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Publication numberUS6481819 B2
Publication typeGrant
Application numberUS 09/901,196
Publication dateNov 19, 2002
Filing dateJul 10, 2001
Priority dateJul 10, 2000
Fee statusPaid
Also published asEP1172215A1, US20020041310
Publication number09901196, 901196, US 6481819 B2, US 6481819B2, US-B2-6481819, US6481819 B2, US6481819B2
InventorsMineo Kaneko, Ken Tsuchii, Keiichiro Tsukuda
Original AssigneeCanon Kabushiki Kaisha
Export CitationBiBTeX, EndNote, RefMan
External Links: USPTO, USPTO Assignment, Espacenet
Ink jet recording head and recording apparatus having recording element substrates with different liquid ejection systems
US 6481819 B2
Abstract
An ink jet recording head includes a plurality of recording element substrates each having a plurality of recording elements for applying ejection energy to recording liquid; a plurality of flow paths for the recording liquid which is to receive ejection energy; a supply port for supplying the recording liquid to the plurality of flow paths; a plurality of ejection outlets for ejecting the recording liquid, the ejection outlets being disposed face to the recording elements, respectively; wherein distances between the recording elements and the ejection outlets in at least one of the recording element substrates are different from distances between the recording elements and ejection outlets of another one of the recording element substrates, and wherein liquid ejection systems of the recording elements of the at least one of the recording element substrates and the recording elements of the another one of the recording element substrates, are different.
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Claims(14)
What is claimed is:
1. An ink jet recording head comprising:
a plurality of recording element substrates each having a plurality of recording elements for applying ejection energy to a recording liquid;
a plurality of flow paths for the recording liquid for receiving ejection energy;
a supply port for supplying the recording liquid to the plurality of flow paths;
a plurality of ejection outlets for ejecting the recording liquid, said ejection outlets being disposed in front of the recording elements;
wherein distances between the recording elements and the ejection outlets in at least one of said recording element substrates are different from distances between the recording elements and ejection outlets of another one of said recording element substrates, and
wherein liquid ejection systems of the recording elements of at least one of said recording element substrates and the recording elements of said another one of said recording element substrates, are different.
2. An ink jet recording head according to claim 1, wherein the distances between said recording elements and said ejection outlets in said at least one of said recording element substrates to which blackish liquid is supplied is longer than the distances between said recording elements and said ejection outlets in said another one of said recording element substrates to which chromatic liquid is supplied.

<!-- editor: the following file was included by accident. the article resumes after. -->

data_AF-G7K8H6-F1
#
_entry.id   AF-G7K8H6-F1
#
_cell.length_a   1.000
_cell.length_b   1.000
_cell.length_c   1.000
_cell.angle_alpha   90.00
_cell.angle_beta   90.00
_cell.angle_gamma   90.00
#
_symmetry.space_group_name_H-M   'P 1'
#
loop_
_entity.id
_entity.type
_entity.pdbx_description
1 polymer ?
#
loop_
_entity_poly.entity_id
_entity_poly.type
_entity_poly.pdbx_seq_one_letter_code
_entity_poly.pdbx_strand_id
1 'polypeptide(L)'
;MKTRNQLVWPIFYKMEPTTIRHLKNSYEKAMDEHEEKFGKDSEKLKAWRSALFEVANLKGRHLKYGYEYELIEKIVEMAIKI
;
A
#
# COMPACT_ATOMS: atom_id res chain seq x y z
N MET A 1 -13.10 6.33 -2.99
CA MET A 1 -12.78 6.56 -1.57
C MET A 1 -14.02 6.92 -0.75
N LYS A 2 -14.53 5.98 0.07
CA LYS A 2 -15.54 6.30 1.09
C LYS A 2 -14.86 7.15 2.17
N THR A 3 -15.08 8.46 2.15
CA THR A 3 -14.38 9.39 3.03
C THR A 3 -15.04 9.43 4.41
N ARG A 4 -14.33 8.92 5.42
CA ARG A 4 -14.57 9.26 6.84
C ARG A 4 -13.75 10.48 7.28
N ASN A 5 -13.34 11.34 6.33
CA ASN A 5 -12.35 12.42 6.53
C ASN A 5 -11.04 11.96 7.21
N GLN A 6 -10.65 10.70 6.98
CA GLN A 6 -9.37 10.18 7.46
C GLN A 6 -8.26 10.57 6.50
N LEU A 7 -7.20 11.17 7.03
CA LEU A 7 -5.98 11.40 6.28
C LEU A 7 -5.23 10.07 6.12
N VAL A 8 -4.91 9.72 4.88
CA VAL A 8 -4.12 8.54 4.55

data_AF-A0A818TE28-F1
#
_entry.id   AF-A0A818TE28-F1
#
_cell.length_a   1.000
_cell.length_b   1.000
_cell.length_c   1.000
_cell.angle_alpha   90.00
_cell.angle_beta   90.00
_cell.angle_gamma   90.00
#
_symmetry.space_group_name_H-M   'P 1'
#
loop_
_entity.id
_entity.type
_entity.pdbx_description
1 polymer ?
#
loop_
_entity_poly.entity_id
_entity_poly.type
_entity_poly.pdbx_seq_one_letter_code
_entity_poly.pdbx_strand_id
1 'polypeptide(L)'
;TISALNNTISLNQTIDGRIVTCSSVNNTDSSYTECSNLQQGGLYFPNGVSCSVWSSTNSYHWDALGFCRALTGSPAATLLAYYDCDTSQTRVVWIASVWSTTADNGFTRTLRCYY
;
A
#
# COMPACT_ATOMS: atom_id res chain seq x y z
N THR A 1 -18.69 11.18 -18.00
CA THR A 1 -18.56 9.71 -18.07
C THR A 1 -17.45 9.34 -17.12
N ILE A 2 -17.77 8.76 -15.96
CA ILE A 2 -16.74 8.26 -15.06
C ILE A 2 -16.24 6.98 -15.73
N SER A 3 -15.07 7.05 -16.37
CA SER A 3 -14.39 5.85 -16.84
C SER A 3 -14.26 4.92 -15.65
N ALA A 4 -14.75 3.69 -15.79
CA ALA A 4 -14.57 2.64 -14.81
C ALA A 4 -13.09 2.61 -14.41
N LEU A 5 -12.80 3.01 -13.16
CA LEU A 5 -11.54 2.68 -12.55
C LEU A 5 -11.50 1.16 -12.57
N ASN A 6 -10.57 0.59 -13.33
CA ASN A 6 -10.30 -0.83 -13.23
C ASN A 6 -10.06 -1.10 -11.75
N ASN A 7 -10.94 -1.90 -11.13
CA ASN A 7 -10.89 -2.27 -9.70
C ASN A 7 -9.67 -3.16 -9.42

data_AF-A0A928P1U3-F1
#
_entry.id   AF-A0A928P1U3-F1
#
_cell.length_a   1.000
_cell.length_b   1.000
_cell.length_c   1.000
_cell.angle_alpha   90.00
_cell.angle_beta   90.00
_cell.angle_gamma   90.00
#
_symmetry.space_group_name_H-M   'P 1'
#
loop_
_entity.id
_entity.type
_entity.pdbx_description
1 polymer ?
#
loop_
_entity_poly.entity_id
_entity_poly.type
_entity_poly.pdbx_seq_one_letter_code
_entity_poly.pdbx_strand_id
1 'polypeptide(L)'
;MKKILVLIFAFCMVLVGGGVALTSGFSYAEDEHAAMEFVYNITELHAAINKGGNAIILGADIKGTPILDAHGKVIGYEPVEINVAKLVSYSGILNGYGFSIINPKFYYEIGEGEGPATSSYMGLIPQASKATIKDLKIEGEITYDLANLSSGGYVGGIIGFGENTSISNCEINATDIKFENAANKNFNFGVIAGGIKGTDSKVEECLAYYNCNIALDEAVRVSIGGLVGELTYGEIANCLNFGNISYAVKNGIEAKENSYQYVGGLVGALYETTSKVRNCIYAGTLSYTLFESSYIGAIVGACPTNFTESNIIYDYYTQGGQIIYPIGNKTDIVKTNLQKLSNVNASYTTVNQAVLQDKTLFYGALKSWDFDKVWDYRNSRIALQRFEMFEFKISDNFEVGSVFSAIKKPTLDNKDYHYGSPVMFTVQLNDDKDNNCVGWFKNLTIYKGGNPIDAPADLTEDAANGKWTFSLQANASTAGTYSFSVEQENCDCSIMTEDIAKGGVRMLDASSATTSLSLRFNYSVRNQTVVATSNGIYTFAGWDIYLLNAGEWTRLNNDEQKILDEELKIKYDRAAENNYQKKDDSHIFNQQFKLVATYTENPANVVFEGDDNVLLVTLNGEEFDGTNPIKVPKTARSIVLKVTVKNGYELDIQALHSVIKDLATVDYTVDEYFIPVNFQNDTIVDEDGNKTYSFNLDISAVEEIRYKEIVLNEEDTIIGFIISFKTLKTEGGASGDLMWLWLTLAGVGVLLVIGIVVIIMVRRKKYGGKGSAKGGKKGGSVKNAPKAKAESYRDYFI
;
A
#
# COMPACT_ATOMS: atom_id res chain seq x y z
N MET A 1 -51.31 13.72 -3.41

3. An ink jet recording head according to claim 2, wherein liquid ejection amounts from said ejection outlets in said at least one of said recording element substrates to which blackish liquid is supplied is larger than the liquid ejection amounts from said ejection outlets in said another one of said recording element substrates to which chromatic liquid is supplied.
4. An ink jet recording head according to claim 3, wherein a density of arrangement of said recording elements in said recording element substrates to which the chromatic liquid is supplied is approximately two times the density of arrangement of said recording elements in said recording elements substrates to which the blackish liquid is supplied.
5. An ink jet recording head according to claim 4, wherein the plurality of the recording element substrates are provided in one base member.
6. An ink jet recording head according to claim 5, wherein said base member has a thermal expansion coefficient and a thermal conductivity which are substantially the same as those of said at least one of said substrates, respectively, and those of said another one of said substrates, respectively.
7. An ink jet recording head according to claim 3, wherein a liquid ejection speed VBk and a liquid ejection amount V-dBk through said ejection outlets in said at least one of said recording element substrates, and a liquid ejection speed VCl and a liquid ejection amount V dCl through said ejection outlets in said another one of said recording element substrates, satisfy;
vCl>VBk≧8 m/sec,
and
vdBk>V dCl.